Bacton Woods is basically a safari park for trees with over thirty species found in this beautiful woodland, close to Witton in North Norfolk on the Happisburgh road. The original woodland included Sessile Oaks and two of these, which are thought to be over 200 years old, still remain and the whole site was originally heathland before planting which is why you will see plenty of clumps of old gorse and broom. Keeping them company are Scots and Corsican pine, western hemlock, Douglas fir and larch alongside other broadleafs such as hazels, rowans and ash; bluebells, sorrell and dogs mercury carpet the woodland floor with seasonal foliage and blooms, making this a sensory pleasure at all heights.

Bacton Wood is more proactive with regards to entertainment: visitors can enjoy orienteering along three waymarked routes; ride or walk several trails which possess broad paths, bounded by natural leafy archways: this is the place to bring toddlers who enjoy Autumn leaf kicking. The blue trail runs along variable tracks with occasional benches and walkers will be able to identify many woodlandtree species from the beech avenues, ‘short’ pines planted for seed collection and towering wellingtonia trees. The medium ability red trail runs along variable tracks with occasional benches to rest on,  passing through a conifer plantation and mixed woodland, a beech avenue and recently planted woodland where a ‘grandparent’ Oak lies and, finally, past the pond. The yellow trail (1.3miles) runs along well made tracks with frequent benches. From a clockwise approach it gradually loses height as it passes conifer and mixed woodland to the pond and then on to the ‘grandparent’ oak tree. This is followed by a 200m incline to a level walk past the wellingtonia trees, mixed woodland and an area recently cleared to encourage native broadleaf woodland.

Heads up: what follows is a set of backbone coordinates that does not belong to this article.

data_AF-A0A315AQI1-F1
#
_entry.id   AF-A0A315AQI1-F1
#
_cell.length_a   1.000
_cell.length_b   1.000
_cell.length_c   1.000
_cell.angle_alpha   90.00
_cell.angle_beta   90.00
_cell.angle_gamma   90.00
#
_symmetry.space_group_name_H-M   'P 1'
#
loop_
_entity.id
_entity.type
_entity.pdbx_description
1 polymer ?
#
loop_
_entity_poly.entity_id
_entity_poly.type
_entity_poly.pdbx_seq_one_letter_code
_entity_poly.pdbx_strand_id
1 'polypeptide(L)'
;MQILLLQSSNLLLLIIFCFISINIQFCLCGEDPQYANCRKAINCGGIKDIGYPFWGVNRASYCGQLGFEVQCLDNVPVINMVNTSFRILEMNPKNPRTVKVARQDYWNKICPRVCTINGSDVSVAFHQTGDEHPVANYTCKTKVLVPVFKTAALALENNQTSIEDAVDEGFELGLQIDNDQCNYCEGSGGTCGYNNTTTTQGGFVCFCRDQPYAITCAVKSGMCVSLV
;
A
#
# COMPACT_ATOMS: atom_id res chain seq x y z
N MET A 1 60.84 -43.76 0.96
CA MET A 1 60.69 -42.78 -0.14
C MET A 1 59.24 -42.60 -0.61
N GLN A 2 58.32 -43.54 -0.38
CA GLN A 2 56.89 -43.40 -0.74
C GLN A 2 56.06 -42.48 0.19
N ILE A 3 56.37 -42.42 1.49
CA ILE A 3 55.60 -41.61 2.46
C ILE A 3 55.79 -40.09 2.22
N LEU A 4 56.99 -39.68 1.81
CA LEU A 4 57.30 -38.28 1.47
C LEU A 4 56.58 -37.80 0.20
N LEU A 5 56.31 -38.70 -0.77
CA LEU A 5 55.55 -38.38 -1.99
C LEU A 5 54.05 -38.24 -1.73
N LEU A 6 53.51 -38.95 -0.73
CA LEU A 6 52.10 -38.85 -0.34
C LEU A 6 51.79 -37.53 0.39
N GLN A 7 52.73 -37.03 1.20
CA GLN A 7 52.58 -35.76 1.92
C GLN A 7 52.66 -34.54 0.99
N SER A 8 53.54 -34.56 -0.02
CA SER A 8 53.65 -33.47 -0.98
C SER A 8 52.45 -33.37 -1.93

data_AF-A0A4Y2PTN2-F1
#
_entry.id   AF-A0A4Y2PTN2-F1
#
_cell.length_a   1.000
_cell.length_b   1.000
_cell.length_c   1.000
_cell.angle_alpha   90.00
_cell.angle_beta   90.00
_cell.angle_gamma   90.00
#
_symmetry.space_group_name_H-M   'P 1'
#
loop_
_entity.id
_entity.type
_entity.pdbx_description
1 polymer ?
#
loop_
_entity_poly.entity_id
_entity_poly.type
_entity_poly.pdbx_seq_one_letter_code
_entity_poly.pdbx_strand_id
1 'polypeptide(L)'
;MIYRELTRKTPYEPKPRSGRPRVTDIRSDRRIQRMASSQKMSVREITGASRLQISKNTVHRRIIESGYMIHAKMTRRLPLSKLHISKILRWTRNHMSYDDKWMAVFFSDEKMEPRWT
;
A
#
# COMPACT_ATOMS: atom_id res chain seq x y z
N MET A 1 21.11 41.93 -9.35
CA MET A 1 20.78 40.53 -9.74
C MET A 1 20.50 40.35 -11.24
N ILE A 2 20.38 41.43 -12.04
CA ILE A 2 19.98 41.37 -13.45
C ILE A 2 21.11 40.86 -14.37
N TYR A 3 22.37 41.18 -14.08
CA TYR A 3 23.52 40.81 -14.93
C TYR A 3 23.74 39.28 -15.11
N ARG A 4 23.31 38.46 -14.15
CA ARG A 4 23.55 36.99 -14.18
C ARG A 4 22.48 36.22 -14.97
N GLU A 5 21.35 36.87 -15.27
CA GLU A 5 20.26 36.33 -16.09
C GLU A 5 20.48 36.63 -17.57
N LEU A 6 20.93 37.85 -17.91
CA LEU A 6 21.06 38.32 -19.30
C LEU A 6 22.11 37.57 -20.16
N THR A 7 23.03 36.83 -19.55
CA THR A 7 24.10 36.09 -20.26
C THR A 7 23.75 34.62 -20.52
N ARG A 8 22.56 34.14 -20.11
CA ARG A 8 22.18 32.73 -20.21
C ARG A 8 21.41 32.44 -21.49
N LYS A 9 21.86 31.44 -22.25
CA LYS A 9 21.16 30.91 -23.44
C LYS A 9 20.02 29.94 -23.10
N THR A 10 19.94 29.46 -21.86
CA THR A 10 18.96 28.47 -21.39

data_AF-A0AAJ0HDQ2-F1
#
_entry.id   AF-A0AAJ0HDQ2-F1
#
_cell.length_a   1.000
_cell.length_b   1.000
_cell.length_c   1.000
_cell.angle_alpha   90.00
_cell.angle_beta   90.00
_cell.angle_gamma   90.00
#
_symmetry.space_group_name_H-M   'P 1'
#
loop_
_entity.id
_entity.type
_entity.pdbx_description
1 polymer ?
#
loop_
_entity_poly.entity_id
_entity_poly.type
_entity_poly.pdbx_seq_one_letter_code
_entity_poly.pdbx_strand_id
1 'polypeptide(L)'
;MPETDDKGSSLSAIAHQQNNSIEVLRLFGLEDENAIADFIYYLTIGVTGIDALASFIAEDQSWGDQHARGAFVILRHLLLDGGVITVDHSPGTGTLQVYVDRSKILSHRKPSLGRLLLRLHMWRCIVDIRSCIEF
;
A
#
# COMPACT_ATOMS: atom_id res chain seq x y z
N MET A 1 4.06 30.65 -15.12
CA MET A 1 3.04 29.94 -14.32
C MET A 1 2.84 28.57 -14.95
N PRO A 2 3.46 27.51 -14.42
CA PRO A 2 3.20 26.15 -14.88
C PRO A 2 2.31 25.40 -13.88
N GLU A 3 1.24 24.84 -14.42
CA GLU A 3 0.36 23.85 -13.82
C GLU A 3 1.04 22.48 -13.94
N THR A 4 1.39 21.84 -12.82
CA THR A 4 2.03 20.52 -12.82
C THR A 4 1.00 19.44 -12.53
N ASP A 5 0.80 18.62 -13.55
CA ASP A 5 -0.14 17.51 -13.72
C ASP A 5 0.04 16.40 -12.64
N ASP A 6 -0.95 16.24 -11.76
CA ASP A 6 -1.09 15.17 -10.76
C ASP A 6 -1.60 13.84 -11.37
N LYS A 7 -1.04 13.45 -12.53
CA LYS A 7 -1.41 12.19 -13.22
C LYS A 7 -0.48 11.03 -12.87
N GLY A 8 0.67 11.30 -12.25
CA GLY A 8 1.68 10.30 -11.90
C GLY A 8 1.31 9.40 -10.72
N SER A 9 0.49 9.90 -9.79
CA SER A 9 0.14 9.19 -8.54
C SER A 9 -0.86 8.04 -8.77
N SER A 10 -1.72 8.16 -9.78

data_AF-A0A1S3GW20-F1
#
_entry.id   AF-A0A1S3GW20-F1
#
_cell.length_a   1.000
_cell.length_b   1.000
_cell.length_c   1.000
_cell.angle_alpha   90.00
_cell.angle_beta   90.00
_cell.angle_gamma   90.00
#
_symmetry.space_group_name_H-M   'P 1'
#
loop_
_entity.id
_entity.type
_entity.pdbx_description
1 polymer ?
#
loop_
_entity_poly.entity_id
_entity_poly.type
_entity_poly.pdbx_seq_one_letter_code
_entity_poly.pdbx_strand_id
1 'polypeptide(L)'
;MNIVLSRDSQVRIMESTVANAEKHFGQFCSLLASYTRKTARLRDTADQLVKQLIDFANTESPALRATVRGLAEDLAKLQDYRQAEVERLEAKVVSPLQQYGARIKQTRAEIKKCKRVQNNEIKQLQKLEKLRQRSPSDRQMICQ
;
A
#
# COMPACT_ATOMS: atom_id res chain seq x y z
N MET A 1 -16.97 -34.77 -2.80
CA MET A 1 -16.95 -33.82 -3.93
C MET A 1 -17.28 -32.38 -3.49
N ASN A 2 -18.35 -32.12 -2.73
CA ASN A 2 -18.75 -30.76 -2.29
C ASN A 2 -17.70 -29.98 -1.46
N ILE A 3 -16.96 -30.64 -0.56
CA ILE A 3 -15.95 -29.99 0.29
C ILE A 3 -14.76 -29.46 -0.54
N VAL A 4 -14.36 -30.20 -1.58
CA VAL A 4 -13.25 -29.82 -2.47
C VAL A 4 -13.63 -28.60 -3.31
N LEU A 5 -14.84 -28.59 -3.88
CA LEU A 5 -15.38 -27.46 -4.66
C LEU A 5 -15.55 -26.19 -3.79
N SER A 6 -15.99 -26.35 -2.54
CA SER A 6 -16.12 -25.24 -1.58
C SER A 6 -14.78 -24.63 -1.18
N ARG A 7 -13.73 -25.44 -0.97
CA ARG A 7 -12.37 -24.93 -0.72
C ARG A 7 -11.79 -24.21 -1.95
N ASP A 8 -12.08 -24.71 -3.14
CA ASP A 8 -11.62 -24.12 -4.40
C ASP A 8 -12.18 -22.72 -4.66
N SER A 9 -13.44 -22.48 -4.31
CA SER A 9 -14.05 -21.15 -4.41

Organised events include conservation work and children’s activities such as nature spotting walks and entry is free for under 3s (unless otherwise stated). The woods also have some decent mountain biking trails which include free drops from 7ft high to smaller, safer ones for beginners. Dirt jumps will allow freestylers to try out their tricks and these jumps are 6-7 feet high. Picnic areas are also provided and carparking facilities (about two and a half miles north of North Walsham) including disabled bays are provided. The nearest public toilets are in North Walsham town centre or on the B1159 at Walcott.

Beautiful Felbrigg colours by Dodo Matush
Beautiful Felbrigg colours by Dodo Matush

Lions Mouth at Felbrigg Hall is run by the National Trust and offers the Hall with all its amenities, parkland, lakeside walks and a  520-acre (2.1 km2) Great Wood which shelters the house. Of especial note is the well-known “Lions Mouth”, a beauty spot which can be reached from the main road A148 and is popular with walkers and ramblers.

Home to beech trees which may well prove to be the furthest north they can exist on this type of acid soil, rare fungi and lichens and (the fabulously named) slender lemon slug, the area is an ecological wonder-  parts of Felbrigg have SSSI (Site of Special Scientific Interest) status. This is the place to be in the early morning when the mists are slow to burn off, when plovers, lapwings and barn owls screech, rise and fall, clamour and call to each other.

Birds aren’t the only creature on the wing though: eight species of bat have been recorded here, including woodland mammals such as Natterer’s bat and the rare Barbestelle. Felbrigg Lake is a good place to head for at dusk to see bat activity as they swoop through the clouds of midges and gnats which skein just above the surface of the water. Check out the mysterious Icehouse, hibernation site for many of the Felbrigg bats.